• Cupid and Psyche -
    Price on request

    Pen and brown ink and washes on laid paper

    37.7 by 27.7 cm., 14 3/4 by 10 3/4  inches

     

    Provenance:

    L. J. Florens Wijsenbeek, The Hague;

    Private Collection, London                

     

    This is a preliminary study for an oil painting in a UK private collection (see Alex Kidson, George Romney, 2002, no. 45, pp. 102-3). Romney appears to have started work on the painting shortly after his return from Italy in the summer of 1775, doubtless inspired by what he had seen abroad. He then abandoned work on it before finishing it in early 1798. The existence of this drawing and another drawing of the subject (Kidson, op. cit., p. 103, illustrated as fig. 33) suggest that the reason for the delay is that Romney had problems resolving the positioning of the couple’s interwined legs. The two drawings show the couple in reverse with Cupid looking into a mirror whereas the finished oil shows the wedding of the reunited couple.

  • Four Studies of a Woman -
    Price on request

    Pen and brown ink on laid paper

    With further pen and ink studies verso

    11.1 by 18.3 cm., 4 1/4 by 7 inches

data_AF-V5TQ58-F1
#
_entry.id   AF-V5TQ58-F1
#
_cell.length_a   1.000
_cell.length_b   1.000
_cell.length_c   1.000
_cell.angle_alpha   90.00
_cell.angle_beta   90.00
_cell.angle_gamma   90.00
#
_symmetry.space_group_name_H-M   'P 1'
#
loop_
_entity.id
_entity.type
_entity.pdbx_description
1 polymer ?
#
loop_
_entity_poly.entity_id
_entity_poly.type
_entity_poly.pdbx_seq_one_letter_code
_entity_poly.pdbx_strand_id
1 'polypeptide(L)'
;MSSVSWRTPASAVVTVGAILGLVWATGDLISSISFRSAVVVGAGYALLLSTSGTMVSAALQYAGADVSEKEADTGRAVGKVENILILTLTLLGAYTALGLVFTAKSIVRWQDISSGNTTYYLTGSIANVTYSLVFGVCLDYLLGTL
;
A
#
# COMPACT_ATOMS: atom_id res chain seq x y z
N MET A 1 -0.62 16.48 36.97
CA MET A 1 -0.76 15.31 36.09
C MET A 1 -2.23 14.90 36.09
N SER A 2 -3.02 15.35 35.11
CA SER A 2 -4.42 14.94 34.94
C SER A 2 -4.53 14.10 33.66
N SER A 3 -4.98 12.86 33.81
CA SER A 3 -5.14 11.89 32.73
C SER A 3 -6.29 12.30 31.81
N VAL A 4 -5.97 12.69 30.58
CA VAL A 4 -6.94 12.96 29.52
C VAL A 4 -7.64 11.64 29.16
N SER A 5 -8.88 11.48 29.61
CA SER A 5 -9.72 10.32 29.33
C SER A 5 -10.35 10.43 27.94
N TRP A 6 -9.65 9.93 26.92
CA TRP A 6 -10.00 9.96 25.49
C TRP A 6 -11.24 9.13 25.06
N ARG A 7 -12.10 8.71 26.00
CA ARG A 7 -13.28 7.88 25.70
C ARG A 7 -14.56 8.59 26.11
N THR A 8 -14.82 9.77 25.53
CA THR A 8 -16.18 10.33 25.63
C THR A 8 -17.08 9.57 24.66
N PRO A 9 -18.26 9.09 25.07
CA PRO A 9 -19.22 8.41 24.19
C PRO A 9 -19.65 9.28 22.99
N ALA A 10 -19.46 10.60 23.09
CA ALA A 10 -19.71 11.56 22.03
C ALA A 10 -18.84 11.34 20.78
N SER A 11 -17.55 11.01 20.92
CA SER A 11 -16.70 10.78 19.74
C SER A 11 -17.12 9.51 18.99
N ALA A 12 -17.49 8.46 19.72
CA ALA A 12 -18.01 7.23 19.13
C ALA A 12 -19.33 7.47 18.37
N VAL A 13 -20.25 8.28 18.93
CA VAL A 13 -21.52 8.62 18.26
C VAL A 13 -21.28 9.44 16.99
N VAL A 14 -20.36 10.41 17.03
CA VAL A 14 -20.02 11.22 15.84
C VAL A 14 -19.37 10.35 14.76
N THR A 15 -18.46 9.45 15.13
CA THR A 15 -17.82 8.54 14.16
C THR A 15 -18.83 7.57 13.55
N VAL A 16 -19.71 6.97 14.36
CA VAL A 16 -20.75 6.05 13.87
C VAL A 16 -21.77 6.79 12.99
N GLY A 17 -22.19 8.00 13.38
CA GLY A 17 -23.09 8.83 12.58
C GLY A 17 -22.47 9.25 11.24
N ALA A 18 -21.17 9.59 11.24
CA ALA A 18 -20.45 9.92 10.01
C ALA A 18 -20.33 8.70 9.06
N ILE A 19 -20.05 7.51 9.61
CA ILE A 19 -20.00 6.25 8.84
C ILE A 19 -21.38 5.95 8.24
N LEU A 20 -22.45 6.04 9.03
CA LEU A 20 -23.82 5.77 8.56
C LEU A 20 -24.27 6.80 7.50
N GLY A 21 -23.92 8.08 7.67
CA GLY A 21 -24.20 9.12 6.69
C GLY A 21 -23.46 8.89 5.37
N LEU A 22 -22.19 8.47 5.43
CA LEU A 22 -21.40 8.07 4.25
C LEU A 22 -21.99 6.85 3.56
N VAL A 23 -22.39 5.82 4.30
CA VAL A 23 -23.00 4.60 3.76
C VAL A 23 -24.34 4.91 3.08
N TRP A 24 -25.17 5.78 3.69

Provenance:

    Alfred de Pass Collection;

    With William Drummond, London;

    Stephen Unwin Collection

     

    It has been suggested that these are studies for Miranda in Shakespeare’s The Tempest. Romney was working on ideas for illustrating The Tempest in 1786-7 when he was commissioned by John and Josiah Boydell to produce Shakespeare subjects for their Shakespeare Gallery which opened in 1789.

  • Study of a Woman in profile -
    Price on request

    Pencil on laid paper

    Sheet 19 by 12 cm., 7 ½ by 4 ¾ inches

     

    Provenance:

    Private Collection, London until 2014              

     

    This drawing originates from an album of sketches by Romney dated to May 1777. Portraits he was working on at the time include `The Dancing Gower Children’ and ‘Catherine Vernon as Hebe’. Other intact sketchbooks from this period are in the Victoria and Albert Museum and the Fizwilliam Museum, Cambridge. A sketchbook from late 1777/early 1778 is in the Walker Art Gallery, Liverpool (see Alex Kidson, George Romney, exhibition catalogue, 2002, p.140-1, no.77).

  • John Howard visiting the Lazaretto -
    Price on request